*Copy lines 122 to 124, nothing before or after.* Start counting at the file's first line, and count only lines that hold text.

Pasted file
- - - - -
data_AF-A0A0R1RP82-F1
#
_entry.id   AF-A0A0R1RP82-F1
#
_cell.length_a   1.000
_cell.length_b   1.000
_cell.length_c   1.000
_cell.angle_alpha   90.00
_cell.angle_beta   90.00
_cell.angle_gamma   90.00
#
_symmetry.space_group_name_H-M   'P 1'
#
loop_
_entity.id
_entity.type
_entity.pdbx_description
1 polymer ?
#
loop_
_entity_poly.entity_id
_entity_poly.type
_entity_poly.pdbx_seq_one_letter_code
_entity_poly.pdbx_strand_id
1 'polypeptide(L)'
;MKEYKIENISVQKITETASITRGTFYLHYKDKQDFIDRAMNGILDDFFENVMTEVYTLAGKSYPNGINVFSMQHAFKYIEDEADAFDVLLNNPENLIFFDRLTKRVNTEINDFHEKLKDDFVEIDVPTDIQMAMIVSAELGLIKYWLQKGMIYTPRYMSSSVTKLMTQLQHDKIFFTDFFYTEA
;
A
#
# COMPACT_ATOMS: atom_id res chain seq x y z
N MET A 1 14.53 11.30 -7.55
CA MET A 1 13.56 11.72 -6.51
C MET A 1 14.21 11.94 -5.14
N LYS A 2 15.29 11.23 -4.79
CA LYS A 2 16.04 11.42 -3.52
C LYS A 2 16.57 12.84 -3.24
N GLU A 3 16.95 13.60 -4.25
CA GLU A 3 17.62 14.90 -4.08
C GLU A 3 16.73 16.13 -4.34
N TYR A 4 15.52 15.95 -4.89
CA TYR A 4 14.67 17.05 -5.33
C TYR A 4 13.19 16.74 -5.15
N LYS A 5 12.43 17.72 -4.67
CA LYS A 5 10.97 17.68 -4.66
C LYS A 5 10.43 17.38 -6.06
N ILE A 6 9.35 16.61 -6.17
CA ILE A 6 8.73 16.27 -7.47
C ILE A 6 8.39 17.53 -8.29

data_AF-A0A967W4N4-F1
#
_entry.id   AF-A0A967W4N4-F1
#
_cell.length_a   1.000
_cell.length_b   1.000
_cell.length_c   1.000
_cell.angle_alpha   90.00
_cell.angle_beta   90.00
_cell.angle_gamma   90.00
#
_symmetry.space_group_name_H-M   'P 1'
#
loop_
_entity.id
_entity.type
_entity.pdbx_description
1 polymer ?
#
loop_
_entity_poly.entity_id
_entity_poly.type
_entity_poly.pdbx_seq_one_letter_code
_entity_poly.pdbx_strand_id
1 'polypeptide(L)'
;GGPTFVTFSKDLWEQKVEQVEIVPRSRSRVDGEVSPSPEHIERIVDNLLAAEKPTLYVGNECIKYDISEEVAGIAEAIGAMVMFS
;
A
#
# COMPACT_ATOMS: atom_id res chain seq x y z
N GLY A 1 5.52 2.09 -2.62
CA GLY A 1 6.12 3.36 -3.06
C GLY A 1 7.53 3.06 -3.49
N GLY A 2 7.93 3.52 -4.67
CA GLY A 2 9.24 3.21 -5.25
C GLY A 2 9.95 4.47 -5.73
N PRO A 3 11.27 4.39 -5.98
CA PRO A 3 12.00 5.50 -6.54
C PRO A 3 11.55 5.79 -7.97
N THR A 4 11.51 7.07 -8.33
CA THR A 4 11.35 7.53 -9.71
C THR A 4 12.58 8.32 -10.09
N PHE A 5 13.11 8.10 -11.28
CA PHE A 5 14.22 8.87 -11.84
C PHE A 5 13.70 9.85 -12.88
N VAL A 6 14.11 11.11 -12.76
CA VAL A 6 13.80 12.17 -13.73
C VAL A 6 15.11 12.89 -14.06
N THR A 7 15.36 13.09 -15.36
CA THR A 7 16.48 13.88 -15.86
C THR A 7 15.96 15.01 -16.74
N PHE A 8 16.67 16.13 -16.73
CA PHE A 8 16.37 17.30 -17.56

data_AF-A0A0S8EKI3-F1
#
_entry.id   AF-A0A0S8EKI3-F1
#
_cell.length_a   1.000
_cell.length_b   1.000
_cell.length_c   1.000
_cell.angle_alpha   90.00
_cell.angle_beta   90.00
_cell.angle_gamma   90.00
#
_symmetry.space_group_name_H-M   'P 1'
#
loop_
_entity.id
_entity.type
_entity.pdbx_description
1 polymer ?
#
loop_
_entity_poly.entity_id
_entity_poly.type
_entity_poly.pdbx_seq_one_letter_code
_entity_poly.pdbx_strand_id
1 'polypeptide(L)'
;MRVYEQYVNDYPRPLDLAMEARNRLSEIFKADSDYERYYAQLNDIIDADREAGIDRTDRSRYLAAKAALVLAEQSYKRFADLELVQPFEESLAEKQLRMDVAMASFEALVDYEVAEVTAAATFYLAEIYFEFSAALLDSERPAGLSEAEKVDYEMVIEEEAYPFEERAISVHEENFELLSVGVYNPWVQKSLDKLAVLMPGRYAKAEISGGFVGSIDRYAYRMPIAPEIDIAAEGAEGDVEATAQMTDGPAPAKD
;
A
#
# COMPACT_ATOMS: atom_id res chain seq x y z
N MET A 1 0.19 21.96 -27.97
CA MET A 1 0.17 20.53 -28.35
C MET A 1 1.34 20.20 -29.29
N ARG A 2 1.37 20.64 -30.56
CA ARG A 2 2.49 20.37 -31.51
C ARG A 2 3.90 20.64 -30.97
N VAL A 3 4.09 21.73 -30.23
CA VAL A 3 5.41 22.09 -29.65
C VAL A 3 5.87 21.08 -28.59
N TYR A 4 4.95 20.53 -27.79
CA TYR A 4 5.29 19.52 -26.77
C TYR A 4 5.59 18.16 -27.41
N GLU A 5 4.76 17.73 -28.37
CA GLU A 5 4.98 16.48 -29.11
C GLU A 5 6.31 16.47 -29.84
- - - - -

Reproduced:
_entity_poly.entity_id
_entity_poly.type
_entity_poly.pdbx_seq_one_letter_code